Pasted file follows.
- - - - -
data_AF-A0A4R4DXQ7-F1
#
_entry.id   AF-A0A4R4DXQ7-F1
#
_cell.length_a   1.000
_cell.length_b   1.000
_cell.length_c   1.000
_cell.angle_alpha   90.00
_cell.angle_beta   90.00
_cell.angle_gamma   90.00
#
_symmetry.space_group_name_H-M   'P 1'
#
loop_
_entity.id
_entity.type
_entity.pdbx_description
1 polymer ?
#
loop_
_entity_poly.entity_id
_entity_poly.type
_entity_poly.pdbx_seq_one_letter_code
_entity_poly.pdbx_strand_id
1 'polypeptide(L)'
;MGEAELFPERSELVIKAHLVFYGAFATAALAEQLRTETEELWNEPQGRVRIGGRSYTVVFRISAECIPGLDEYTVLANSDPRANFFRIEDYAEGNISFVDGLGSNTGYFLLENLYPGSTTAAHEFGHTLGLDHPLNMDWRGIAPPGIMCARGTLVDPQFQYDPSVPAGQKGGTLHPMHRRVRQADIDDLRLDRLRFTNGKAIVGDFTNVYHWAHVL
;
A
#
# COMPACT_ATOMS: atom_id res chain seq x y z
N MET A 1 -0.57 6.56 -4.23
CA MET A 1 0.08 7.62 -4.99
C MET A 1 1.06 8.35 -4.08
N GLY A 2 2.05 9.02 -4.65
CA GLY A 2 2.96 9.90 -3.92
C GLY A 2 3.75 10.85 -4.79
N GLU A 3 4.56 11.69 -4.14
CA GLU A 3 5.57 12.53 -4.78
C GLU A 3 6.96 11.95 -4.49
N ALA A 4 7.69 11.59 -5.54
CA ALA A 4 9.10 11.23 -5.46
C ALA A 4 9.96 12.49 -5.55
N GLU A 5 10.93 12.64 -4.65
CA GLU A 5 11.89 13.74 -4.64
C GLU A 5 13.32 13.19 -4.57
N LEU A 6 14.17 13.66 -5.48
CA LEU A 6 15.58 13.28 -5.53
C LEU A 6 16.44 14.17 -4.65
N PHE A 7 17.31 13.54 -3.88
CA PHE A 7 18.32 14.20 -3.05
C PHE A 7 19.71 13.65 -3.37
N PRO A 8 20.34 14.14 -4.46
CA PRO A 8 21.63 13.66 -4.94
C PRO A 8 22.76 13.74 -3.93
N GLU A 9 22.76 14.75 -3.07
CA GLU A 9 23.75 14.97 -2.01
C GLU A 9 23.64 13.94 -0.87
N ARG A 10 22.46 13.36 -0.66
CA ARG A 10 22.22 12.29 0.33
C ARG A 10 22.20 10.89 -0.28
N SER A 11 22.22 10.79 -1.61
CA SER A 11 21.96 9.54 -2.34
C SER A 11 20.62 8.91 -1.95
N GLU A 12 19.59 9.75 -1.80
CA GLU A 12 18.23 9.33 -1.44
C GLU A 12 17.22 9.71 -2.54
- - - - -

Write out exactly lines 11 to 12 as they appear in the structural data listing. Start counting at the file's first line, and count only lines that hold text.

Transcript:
#
_symmetry.space_group_name_H-M   'P 1'